Metastasis or dissemination of primary tumor cells is the major cause of mortality in cancer patients. Circulating tumor cells (CTCs) in the bloodstream are key players in the establishment of metastatic tumors. Recent studies demonstrated that the number of CTCs present in patient blood directly correlate with cancer progression, recurrence, and survival rate. Accurate detection of CTCs will provide critical information for proper management of cancer patients. Currently, the CellSearch(R) test is the only FDA-approved method for detection of CTCs in cancer patient blood. However, similar to all other antibody-mediated methods, this test requires multiple steps for sample preparation and cell labeling, which can cause loss of and damage to CTCs in blood samples and adversely affect the sensitivity and accuracy of the test. In addition, the requirement of multiple steps is time- and labor-consuming. In the proposed study, we aim to overcome these technical obstacles and develop a simple point-of-care assay by integrating a novel Tumor Cell-activation Aptamer Reporting system (TCAR) and innovative Spinning Disc Imaging Technology (iSDI). In contrast to current antibody-mediated multi-step tests, the TCAR system will be able to selectively highlight CTCs through natural cellular processes in whole blood within minutes using a single-step reaction. In addition, TCAR will provide no background or off-target signals and will not require a post-labeling cell wash. The iSDI technology will detect CTCs in a high-speed manner and record high-resolution images, similar to a Blu-ray disc player reading bits on disc. Compared to conventional automated fluorescence microscopes, the iSDI system is superior in sensitivity, speed, and operates at a lower cost. We hypothesize that this assay will be able to detect an accurate number of CTCs within minutes in whole blood samples through a single-step reaction, which will eliminate potential loss of and damage to CTCs in the samples. To test our hypothesis, three aims are proposed. We will optimize the TCAR system containing aptamer probes specific for EpCAM to selectively highlight carcinoma tumor cells in whole blood (Aim 1) while constructing and validating the iSDI system for coating, scanning, and imaging cells completely hands-free in minutes (Aim 2).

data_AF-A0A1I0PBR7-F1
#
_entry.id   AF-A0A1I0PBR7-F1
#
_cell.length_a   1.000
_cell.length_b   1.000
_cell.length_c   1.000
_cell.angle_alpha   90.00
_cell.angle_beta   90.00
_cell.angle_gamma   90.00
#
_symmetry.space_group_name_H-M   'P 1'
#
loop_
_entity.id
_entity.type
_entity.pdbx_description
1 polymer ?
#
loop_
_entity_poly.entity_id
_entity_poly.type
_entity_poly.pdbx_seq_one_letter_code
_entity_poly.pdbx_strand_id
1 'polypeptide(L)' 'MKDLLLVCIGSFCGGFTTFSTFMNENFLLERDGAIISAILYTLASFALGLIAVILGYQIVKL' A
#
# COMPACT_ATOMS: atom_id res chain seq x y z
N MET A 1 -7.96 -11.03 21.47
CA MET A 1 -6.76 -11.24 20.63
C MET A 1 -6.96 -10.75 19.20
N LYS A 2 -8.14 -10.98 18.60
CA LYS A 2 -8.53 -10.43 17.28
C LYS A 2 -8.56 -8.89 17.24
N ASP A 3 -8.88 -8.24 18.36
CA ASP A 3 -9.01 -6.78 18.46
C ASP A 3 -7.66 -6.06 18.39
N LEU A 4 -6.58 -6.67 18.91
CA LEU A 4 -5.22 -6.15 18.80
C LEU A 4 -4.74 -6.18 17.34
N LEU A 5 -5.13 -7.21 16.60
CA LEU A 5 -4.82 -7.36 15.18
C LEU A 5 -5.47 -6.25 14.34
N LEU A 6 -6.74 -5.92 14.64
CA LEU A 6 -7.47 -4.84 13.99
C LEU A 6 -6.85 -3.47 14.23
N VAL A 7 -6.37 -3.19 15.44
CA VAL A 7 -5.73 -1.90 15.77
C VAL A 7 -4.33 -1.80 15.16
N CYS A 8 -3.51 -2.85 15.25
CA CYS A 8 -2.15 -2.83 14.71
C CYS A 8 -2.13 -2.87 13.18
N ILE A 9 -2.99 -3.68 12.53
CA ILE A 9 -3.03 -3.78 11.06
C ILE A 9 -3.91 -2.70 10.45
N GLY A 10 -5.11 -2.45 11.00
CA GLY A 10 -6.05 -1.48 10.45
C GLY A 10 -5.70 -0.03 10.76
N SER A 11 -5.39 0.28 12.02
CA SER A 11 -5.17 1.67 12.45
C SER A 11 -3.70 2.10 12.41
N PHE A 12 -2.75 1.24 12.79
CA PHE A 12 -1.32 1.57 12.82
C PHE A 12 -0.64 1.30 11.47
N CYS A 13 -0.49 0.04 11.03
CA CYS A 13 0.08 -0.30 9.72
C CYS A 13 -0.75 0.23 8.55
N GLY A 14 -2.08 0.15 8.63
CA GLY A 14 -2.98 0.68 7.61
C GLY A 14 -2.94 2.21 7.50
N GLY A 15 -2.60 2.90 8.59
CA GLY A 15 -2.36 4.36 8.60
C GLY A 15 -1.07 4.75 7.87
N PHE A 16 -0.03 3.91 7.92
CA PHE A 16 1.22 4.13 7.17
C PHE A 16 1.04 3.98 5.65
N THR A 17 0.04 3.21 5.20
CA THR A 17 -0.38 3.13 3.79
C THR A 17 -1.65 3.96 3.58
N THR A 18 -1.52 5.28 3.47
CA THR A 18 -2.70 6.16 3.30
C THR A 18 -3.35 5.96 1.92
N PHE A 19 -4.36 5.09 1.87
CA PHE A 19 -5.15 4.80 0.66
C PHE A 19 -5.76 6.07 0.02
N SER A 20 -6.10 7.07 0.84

In Aim 3, we will integrate the TCAR and iSDI systems, develop a point-of-care assay for rapid detection of CTCs, and validate the performance using tumor cells in normal human blood samples. We predict that this simple assay will provide high-definition morphology of CTCs along with their fluorescence identity in one step within minutes.

Public Health Relevance

A simple assay system for rapid detection of circulating tumor cells. The successful development and validation of the proposed TCAR/iSDI system has the potential to significantly improve cancer progression and treatment evaluations and, therefore, improve outcomes in this large patient population.

National Institute of Health (NIH)
National Cancer Institute (NCI)
Small Business Technology Transfer (STTR) Grants - Phase I (R41)
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Special Emphasis Panel (ZRG1-IMST-J (15))
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Lou, Xing-Jian
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Telovision, LLC
West Lafayette
United States
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Sun, Hongguang; Tan, Weihong; Zu, Youli (2016) Aptamers: versatile molecular recognition probes for cancer detection. Analyst 141:403-15
Sun, Hongguang; Zu, Youli (2015) Aptamers and their applications in nanomedicine. Small 11:2352-64